of the flowering tops of the female
of the Cannabis indica
species of hemp
, considered as a drug
. (The buds of some C. sativa
strains may also be considered marijuana; however, they are much less potent.) Marijuana has been used as a medicine
and a recreational drug
throughout human history. Its medical uses and cultural importance are discussed elsewhere in this node (and other nodes); this writeup discusses the technology
of its use.
The pharmacologically active ingredients of marijuana are tetrahydrocannabinol (THC) as well as various cannabinoids. To be of use, these chemicals must be unbound from the cells of the plant. (Eating marijuana raw is not very effective, as the human digestive system cannot break down the plant's cell walls.) Most marijuana users do this by smoking the buds; however, THC can also be extracted through vaporization, cooking in oil, or by dissolving it out in alcohol. THC is also present in hashish, the resin of the marijuana buds, which is not discussed below.
Smoking: Marijuana is usually smoked in cigarettes, pipes, or water pipes. When smoked in cigarettes, it may be mixed with tobacco; this "joining" of two herbs gives rise to the term "joint", which is still used even though this mixing is rare nowadays. Pipes for marijuana smoking take many forms, but tend to be compact in size. Unlike tobacco pipes, which are designed to preserve and improve the flavor of the smoke, marijuana pipes are designed for concealment or to intensify the "hit" of smoke. Some pipes, known as stash pipes, have a chamber in the stem which may be also filled with marijuana. As the smoke passes over the stored herb, THC-bearing resin is deposited in it, making it more powerful.
Water pipes deserve special notice. All water pipes cool the smoke by bubbling it through water. (Other fluids are rarely used. The use of alcoholic beverages in a water pipe is counterproductive, as THC dissolves in alcohol; see below.) There are two major varieties of water pipe -- the bong or bhong, which has a single fixed cylindrical mouthpiece; and the hookah, which may have several mouthpieces on hoses, for multiple smokers. The design of some bongs and hookahs is quite elaborate, and in some cases quite decorative as well.
Marijuana smokers have also been known to improvise smoking implements when no proper one is available. Marijuana may be smoked out of a cored-out apple, an empty soda can with holes punched in it, or any number of similar kludges.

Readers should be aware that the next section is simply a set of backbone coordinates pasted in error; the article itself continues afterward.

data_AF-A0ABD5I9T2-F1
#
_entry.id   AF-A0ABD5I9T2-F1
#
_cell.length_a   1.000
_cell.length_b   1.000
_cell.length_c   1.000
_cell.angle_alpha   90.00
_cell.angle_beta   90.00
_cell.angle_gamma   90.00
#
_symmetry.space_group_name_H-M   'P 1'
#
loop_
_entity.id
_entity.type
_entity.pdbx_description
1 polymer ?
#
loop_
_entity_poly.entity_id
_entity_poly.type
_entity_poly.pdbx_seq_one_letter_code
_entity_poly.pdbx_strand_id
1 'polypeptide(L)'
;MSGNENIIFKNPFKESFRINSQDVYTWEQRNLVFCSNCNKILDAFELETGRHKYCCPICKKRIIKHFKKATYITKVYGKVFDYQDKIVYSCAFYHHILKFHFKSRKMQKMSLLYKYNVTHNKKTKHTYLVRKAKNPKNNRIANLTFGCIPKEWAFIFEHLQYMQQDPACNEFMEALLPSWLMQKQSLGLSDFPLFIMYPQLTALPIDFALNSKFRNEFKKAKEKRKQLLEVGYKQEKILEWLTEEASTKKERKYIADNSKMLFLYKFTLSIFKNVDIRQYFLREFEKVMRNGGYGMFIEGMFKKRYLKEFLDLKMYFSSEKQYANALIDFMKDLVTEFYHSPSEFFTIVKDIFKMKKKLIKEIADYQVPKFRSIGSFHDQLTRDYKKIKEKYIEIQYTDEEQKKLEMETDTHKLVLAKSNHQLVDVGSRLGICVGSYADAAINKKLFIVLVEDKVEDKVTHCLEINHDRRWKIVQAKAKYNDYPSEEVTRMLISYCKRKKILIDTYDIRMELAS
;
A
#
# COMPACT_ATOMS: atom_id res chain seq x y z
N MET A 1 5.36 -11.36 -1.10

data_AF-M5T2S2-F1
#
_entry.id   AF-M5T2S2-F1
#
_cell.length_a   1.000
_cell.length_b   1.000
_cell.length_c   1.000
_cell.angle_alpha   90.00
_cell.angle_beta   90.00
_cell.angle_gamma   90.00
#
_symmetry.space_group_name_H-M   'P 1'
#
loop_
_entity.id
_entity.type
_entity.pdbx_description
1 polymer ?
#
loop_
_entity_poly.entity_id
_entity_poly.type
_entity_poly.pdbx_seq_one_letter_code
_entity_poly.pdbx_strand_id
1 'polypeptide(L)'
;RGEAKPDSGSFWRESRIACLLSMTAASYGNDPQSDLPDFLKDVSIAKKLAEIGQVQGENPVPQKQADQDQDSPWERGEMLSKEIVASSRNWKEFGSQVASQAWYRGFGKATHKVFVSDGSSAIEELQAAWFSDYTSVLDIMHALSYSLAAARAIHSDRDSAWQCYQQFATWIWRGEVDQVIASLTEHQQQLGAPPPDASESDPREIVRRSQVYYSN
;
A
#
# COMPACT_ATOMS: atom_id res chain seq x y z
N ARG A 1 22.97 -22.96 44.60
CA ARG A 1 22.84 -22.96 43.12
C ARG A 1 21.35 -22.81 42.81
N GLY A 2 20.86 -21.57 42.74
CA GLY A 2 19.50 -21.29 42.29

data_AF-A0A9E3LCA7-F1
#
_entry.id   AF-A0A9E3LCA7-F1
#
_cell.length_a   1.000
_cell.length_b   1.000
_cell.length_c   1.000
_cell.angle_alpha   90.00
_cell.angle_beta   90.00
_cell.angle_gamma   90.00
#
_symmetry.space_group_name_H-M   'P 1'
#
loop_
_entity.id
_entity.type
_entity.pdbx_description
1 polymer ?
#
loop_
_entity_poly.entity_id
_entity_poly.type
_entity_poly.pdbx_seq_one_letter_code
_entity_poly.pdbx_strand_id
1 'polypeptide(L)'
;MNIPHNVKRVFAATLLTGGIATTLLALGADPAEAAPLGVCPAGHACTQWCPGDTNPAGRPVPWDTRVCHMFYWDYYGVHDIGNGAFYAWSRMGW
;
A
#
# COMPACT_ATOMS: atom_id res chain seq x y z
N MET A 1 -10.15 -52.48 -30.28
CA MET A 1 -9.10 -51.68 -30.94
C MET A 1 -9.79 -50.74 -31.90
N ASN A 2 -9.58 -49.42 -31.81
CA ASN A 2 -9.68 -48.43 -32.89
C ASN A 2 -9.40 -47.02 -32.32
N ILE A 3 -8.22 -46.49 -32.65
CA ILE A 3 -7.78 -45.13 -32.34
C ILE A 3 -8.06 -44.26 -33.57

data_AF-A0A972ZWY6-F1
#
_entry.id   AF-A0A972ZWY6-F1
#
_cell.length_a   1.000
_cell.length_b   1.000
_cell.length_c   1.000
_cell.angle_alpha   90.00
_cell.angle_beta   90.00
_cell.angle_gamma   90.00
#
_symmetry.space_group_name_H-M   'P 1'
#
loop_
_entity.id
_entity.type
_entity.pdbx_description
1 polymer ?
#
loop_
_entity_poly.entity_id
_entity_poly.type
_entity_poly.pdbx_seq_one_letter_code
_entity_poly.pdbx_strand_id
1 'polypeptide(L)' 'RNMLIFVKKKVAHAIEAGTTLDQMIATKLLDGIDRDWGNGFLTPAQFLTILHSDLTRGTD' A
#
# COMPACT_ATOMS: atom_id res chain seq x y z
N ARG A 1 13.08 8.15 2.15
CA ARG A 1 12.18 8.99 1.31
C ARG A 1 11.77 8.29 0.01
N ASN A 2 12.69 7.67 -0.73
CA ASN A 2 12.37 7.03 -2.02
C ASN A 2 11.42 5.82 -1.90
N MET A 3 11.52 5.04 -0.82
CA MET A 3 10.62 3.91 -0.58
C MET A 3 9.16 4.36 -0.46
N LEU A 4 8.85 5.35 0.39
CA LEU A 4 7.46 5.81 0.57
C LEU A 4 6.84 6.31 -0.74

Vaporization: The most recently devised way to consume marijuana is to volatilize the active ingredients out from it without burning. This may be done with electric heating devices which resemble bongs or hookahs, or with special pipes similar to crack pipes. Vaporization may be more healthful than smoking, since it avoids the production of tar, carbon monoxide, and other smoke constituents.
Cooking: When marijuana is added to oily or fatty foods and cooked, the THC dissolves into the oil. Some marijuana eaters use the more fragrant varieties of the plant as a spice, particularly on pizza or other foods where oregano might be used. It has also been baked into cookies, fried in butter which is then used in other foodstuffs, and melted into cheese. When cooking with marijuana, more THC will be extracted if one grinds the herb finely first; this increases the surface area accessible to the oil.
Dissolving: THC is insoluble in water, but very soluble in ethanol. It may thus be extracted by steeping the plant in vodka or any other relatively neutral spirit. Enterprising users have found this a useful way to extract THC from the stems and leaves, which are not preferred for smoking: by steeping the otherwise useless plant parts in vodka for a matter of weeks, they produce a beverage which causes the drinker to become both stoned and drunk. Extraction into oil or other solvents is also practical, and is used in the preparation of Marinol.